These binders caramelize when they see heat, very similar to a piece of toast turning brown in your toaster! Of course, PTFE coating of fabrics, tapes and belts requires relatively high temperatures to cure the PTFE. That tan color from the binders being heated is then trapped within a translucent PTFE coating, thus making the final product “tan” in color.  We call it “natural” because it is what naturally happens to these binders. You may see slight variations in the tan/natural color of the product because different binders are used on different yarns.

OK, but why are some black in color? That’s because we sometimes add pigment to the PTFE dispersion to achieve different colors or characteristics. Black is often used for several reasons. First and foremost, it is used to pigment belts in ultraviolet curing ovens (most often in the screen printing industry). When under UV lights, the starch binders that make a fabric or belt “tan” will bleach out, turning your tan belt a funny shade of off-white.

Although this in no way impacts the performance of the belt, it is often perceived as a failure. In order to hide that change, we make the belts black. That same black color can mask other things like wicking oils in food processing, ink from screen printers, etc. In some rare cases, specialized pigments (mostly black) are used to try to impart a degree of conductivity to this incredible insulator. In most cases, the point is to create a path to discharge static electricity.

What about other colors? Sure, they can be done but really are very specific to certain industries and not typically an issue in most commercial applications.

Yarns for electrical insulation are an entirely different beast, Yes, we manufacture those as well, but they are another topic entirely!

Again, and as always, contact us with any questions or comments. We’re here to help!

Helpful Tips for Sewing with PTFE Coated Fiberglass Threads (and other high temperature threads)

PTFE Coated Fiberglass, PTFE Coated S-2 glass, PTFE coated Quartz and other high temperature, composite sewing threads offer amazing operating characteristics. Unaffected by most chemicals, they will not burn, will not support flame, will not rot or support fungus. Our PTFE coated quartz thread operates to 2,000 deg. F. Amazing! However, you wouldn’t use these threads unless you have to, not necessarily because they’re overly expensive, but because they require a special skill set in order to make them work. If your application needs these properties, however, there are no alternatives. I like to say this is OK because it prevents everyone with a sewing machine in their garage from becoming your competitor! It’s not as easy as changing a bobbin and switching from polyester to S-2 fiberglass with Inconel wire twisted into the thread!

As mentioned, this is not a drop-in substitute for an aramid, polyester, or any other thread. There is a learning curve to go through if unfamiliar with this type of thread. The very unique and extreme operating properties of PTFE coated fiberglass (or S-2 glass, Quartz, wire inserted, etc.) threads require operator training and machine adjustments to make them work acceptably.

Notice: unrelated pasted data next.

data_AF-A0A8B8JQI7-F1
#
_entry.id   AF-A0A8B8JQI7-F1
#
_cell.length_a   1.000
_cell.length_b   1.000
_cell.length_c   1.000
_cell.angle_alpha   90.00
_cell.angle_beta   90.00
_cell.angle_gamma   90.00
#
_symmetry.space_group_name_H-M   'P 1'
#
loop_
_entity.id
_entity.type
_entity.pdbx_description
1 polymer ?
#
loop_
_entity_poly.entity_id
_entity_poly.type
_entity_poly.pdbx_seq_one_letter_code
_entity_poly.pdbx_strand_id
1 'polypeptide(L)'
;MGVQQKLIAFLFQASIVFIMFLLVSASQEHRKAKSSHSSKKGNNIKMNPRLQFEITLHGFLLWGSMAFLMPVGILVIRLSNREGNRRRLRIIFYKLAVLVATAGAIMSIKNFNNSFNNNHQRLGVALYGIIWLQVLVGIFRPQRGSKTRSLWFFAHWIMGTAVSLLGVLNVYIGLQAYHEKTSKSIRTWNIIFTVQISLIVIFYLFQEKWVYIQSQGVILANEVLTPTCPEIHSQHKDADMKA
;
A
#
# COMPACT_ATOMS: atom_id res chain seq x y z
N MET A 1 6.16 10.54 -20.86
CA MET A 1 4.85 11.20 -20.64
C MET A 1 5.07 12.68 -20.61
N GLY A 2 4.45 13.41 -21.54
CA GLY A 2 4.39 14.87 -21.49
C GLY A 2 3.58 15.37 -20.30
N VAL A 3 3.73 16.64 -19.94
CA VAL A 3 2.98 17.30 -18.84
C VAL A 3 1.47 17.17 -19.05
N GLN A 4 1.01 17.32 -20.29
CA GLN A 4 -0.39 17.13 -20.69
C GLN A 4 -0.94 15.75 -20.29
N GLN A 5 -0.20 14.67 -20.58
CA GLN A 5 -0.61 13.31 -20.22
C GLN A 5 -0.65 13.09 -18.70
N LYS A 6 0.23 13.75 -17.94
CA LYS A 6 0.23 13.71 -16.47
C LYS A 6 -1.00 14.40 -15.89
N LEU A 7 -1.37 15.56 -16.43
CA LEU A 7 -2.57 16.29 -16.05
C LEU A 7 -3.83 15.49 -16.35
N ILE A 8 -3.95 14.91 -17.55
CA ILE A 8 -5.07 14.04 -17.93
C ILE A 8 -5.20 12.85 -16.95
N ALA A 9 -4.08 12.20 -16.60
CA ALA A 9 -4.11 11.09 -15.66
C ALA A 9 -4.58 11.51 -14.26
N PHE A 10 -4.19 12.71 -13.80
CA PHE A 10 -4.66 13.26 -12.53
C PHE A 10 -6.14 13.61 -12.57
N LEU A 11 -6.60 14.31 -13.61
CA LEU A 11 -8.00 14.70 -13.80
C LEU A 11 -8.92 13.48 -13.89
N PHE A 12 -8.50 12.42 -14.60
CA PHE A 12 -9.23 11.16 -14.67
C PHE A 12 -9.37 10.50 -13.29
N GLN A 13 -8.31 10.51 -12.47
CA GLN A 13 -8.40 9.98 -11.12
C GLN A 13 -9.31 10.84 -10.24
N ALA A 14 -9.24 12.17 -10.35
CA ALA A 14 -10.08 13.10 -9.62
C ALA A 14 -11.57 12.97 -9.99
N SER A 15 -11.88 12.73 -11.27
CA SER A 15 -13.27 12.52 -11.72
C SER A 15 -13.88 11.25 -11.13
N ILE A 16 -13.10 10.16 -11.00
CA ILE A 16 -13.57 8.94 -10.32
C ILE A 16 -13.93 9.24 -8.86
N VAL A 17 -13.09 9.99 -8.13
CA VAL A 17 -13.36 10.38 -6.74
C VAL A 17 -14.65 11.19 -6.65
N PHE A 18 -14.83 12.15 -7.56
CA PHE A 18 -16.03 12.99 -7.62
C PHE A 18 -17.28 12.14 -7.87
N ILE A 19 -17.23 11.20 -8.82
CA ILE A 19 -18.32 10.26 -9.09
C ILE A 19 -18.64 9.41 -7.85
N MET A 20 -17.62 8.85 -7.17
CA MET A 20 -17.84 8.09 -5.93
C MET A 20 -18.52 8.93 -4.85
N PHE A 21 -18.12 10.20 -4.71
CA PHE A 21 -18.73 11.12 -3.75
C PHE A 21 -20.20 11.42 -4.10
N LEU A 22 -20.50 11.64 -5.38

First of all, a factory lubricated thread is going to be much easier to use. This lubricant is applied after PTFE coating. We offer two high speed thread lubricants. X80 is a silicone/mineral oil based thread lubricant and is, by far, the most popular choice. This product is ideally suited for extreme needle heat environments when sewing through multiple layers of thermal insulation, like silica blankets, ceramic fiber mats, texturized glass, etc… We also offer a wax based thread lubricant (X50) that is used occasionally for lighter duty applications. In a few cases, customers will “post bake” the final product to remove any residual oils.

With or without the use of lubricants, the following suggestions help dramatically.

SLOW DOWN. Especially if un-lubricated thread is being used.

Change all hooks, needles, tension guides, etc. Anything that touches the thread must be free of burrs, gouges, etc. These items will need to be changed regularly.

Be sure the tension device where the thread comes out of the bobbin case is new and burr-free.

Use the correct needle size. We’re happy to help out with a suggestion.

Be sure there are no grooves where the thread passes through the hole in the walking foot. No rubbing or abrasion points.

If sewing with a wire inserted (Stainless steel, Inconel or other), try placing a nylon stocking over the thread spool and pass the thread through a hole in the top of the stocking. This helps prevent free-spooling of the thread and minimizes any “kinking” due to the steel or wire insert.

There will likely still be breaks occurring, but the properties of these threads are outstanding and we must sometimes put these difficulties in order to take advantage of these amazing products.

As always, let us know if you have any questions or comments.

Operating Temperatures for PTFE Coated Sewing Threads

PTFE Coated Sewing Threads can be used for the following applications:

  • High Temperature Textiles
  • Safety Spray Shields
  • Filter Bags Braided Sleeving
  • Insulation Jackets
  • Thermal Insulation Pads
  • High Temperature Gaskets
  • Kiln Seals
  • Fire Resistant Composites
  • Welding Blankets
  • Heat Shields